Police-reported incidence of domestic violence is down. Reports of sexual assault are up. Violent crimes in general are down.
But Debbie Scarborough isn’t sure that the incidence of violence against women, in reality, is down.
“We still don’t all believe that if we respond to a call and we have evidence to believe that an assault took place that an information (charges) must be laid, that’s still not being followed,” the executive director of the South Okanagan Women in Need Society said in a discussion with Penticton RCMP Supt. Ted De Jager, now 10 months into his tenure as the South Okanagan’s top cop.
“But I’m hopeful that with you that that might change. … That’s fair to say, right? You’re looking to change the culture, and certainly I’ve seen a change.”
The Western News sat in on that conversation between De Jager and Scarborough earlier this week, in which the two discussed issues of violence against women, the culture of police and society surrounding that issue and trust in policing.
De Jager previous post was Mission, B.C., where he served as the inspector overseeing that detachment, which he said had one of the higher rates of police-reported domestic violence, but he didn’t believe Mission was a standout district for domestic violence.
“It was just, I guess, our statistical reporting was very high because we were very dedicated to doing it the right way,” he said.
In the South Okanagan last year there were 230 reports of domestic violence, also called K-files, down 17 per cent from the year previous. In Penticton, specifically, De Jager didn’t provide a firm number of domestic violence reports, but said it was down 29 per cent, while violent crimes in the city, at 383 reports, is down 18 per cent.
More broadly, a recent piece from Discourse Media showed a downward trend in police-reported violence against women as a whole, after the outlet filed access-to-information requests with every police detachment in the country.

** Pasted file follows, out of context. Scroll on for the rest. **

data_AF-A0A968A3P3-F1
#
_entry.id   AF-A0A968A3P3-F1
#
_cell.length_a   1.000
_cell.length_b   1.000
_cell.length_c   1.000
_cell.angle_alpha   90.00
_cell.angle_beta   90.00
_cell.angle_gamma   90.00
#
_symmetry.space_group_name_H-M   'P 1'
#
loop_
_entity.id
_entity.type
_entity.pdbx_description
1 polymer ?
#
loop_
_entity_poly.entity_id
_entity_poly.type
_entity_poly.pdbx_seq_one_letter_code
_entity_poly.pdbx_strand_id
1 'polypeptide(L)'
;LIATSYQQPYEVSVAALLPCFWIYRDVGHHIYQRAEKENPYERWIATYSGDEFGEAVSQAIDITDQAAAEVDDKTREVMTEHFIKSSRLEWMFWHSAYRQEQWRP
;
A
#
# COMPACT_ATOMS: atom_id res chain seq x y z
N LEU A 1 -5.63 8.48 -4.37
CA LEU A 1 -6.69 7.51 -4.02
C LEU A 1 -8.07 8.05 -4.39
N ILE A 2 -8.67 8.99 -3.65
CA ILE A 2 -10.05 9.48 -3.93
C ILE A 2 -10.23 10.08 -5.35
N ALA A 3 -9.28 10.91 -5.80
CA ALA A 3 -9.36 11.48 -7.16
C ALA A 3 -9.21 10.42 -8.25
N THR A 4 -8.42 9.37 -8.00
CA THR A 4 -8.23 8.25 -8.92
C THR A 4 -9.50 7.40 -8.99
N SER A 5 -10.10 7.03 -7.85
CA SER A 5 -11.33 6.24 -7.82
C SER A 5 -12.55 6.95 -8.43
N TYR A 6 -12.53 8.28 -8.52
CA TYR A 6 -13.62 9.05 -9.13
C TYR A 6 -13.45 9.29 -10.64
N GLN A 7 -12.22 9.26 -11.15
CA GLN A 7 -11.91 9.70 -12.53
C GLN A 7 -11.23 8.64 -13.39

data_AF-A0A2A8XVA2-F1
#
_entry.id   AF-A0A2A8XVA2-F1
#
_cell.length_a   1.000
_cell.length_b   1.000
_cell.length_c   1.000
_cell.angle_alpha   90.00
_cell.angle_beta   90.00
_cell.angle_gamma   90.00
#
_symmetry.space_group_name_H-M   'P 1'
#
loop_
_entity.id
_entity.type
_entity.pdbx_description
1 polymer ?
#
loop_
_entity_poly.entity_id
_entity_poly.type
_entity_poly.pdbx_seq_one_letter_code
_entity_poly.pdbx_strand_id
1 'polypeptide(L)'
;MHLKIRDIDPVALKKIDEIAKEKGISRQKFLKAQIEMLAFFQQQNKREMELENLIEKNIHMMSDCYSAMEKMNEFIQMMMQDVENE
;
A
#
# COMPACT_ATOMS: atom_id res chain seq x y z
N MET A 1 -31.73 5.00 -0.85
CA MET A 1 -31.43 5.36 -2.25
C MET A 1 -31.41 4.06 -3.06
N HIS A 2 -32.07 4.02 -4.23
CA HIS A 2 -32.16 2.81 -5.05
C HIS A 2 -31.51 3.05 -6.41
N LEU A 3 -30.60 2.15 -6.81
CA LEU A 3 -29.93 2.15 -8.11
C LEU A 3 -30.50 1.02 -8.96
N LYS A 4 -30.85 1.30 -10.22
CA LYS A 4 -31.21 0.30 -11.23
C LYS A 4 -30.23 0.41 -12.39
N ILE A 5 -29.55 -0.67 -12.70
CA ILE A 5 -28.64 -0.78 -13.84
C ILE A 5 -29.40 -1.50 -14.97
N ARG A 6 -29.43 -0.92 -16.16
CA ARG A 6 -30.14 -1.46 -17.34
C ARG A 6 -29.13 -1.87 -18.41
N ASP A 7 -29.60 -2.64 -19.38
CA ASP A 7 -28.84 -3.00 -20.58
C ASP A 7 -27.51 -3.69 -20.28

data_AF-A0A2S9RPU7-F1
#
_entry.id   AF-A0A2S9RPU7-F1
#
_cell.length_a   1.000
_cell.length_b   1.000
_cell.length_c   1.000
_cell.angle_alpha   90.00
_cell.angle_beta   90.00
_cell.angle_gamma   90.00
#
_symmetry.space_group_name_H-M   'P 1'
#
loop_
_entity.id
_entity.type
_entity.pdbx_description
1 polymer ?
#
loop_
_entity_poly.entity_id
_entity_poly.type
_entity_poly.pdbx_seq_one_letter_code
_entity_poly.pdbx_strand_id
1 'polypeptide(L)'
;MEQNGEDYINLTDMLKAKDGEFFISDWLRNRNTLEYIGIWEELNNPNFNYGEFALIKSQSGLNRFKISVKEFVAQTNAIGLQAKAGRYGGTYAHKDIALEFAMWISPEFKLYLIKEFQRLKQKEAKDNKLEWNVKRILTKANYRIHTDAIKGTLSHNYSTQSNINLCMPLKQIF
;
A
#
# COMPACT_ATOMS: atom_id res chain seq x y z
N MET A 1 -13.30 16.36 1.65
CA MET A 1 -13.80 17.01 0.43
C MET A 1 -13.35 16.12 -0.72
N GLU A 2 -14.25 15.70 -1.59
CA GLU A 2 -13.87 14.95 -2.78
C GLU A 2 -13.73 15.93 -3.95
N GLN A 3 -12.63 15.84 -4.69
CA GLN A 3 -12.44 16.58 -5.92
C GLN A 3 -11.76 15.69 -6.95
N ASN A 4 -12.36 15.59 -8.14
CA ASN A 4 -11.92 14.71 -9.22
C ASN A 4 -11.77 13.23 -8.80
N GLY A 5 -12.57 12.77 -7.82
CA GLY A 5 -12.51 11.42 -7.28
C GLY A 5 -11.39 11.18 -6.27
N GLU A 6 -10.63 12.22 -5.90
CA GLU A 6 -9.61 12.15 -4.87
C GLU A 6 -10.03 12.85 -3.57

In 2009, the incidence of violence against women peaked at 2,228 incidents, slowly dropping to 2,032 in 2011 before dropping significantly to 1,260 in 2012 and slowly trickling down to about the 950 mark in 2015.
“I am not sure why there would be that kind of anomaly other than there could have been a change in methodology in that period. I couldn’t go into any more explanation without a detailed analysis,” De Jager said in an email last week.
Scarborough said a major challenge is finding the actual number of incidents of domestic and sexual violence due to the sheer number of those who don’t report — typically 90 per cent, she said.
“When I was looking at the stats, I think there was 230 K-files filed in the last year. How do you feel? Do you think that that’s actually accurate? Because I can tell you that’s totally not,” she said, adding one could typically infer roughly 2,300 incidents of domestic violence from 230 police reports.
For Scarborough, the number of women reporting is indicative of trust, relationship building and how well-supported women feel.
Scarborough said part of the challenge in the past — and to some degree now, as well — is cultural beliefs of relationships and sex.
“I think there’s also that belief, right, that a husband, can have sex whenever he wants, or whatever, and you can’t scream rape if you’re married,” she said. “I’m hoping that that’s not believed anymore, but I think to a certain degree, it is.”
De Jager said the RCMP has been working to bring more education to officers on sexual and domestic violence, saying that notion of a married man being entitled to sex is one of the cultural beliefs the RCMP wants to cut out.
“There can be cultural differences and that sort of thing, but really that’s something that we want to work with people about,” he said, but he was also quick to defend the force, saying officers more often than not get into policing to “catch bad guys.”
SOWINS is seeing an increase in the number of people seeking their services for things like domestic and sexual violence, but much like how a decrease in police reporting may not mean a decrease in actual incidence, Scarborough noted her numbers may not mean an increase either.
“I think people feeling comfortable and safe and knowing the resources to come for assistance are increasing. I think the education and the awareness of the agencies are out there, so we’re certainly seeing it,” she said.
“We’re definitely larger, we’re now doing trauma counselling, so I just think that we’re having the services that reflect the need of the community. And we’ve applied for a sexual assault counsellor.”
De Jager said he is also working to get more officer time in the community, including patrolling downtown and even getting out of their cars and walking the beat.
“Then we can be downtown, and then when you’re talking about violence against women or violence against vulnerable populations, then the members are actually down there,” he said.
“The on-shift people need to be down there walking around and talking to people, too, and then you start to see that shift in the community where the community goes ‘oh, the police are around a lot more.’”